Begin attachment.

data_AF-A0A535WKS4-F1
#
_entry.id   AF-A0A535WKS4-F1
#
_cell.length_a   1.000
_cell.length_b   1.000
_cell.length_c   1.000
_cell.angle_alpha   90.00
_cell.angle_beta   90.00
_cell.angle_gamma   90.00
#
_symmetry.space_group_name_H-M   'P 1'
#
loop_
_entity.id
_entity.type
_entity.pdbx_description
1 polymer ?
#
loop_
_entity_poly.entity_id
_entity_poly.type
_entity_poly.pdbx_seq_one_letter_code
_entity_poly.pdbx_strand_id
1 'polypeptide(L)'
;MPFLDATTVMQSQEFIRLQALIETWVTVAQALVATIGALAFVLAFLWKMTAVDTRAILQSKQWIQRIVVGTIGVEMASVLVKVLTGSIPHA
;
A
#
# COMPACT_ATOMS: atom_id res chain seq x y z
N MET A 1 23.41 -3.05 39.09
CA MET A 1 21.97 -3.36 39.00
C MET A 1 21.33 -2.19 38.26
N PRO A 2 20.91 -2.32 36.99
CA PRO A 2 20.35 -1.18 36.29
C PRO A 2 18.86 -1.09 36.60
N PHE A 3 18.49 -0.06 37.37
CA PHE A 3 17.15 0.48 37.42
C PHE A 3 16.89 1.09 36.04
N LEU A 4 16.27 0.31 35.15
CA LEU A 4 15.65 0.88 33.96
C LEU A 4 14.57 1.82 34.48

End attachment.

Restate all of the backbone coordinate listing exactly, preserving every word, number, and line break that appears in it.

data_AF-A0A535WKS4-F1
#
_entry.id   AF-A0A535WKS4-F1
#
_cell.length_a   1.000
_cell.length_b   1.000
_cell.length_c   1.000
_cell.angle_alpha   90.00
_cell.angle_beta   90.00
_cell.angle_gamma   90.00
#
_symmetry.space_group_name_H-M   'P 1'
#
loop_
_entity.id
_entity.type
_entity.pdbx_description
1 polymer ?
#
loop_
_entity_poly.entity_id
_entity_poly.type
_entity_poly.pdbx_seq_one_letter_code
_entity_poly.pdbx_strand_id
1 'polypeptide(L)'
;MPFLDATTVMQSQEFIRLQALIETWVTVAQALVATIGALAFVLAFLWKMTAVDTRAILQSKQWIQRIVVGTIGVEMASVLVKVLTGSIPHA
;
A
#
# COMPACT_ATOMS: atom_id res chain seq x y z
N MET A 1 23.41 -3.05 39.09
CA MET A 1 21.97 -3.36 39.00
C MET A 1 21.33 -2.19 38.26
N PRO A 2 20.91 -2.32 36.99
CA PRO A 2 20.35 -1.18 36.29
C PRO A 2 18.86 -1.09 36.60
N PHE A 3 18.49 -0.06 37.37
CA PHE A 3 17.15 0.48 37.42
C PHE A 3 16.89 1.09 36.04
N LEU A 4 16.27 0.31 35.15
CA LEU A 4 15.65 0.88 33.96
C LEU A 4 14.57 1.82 34.48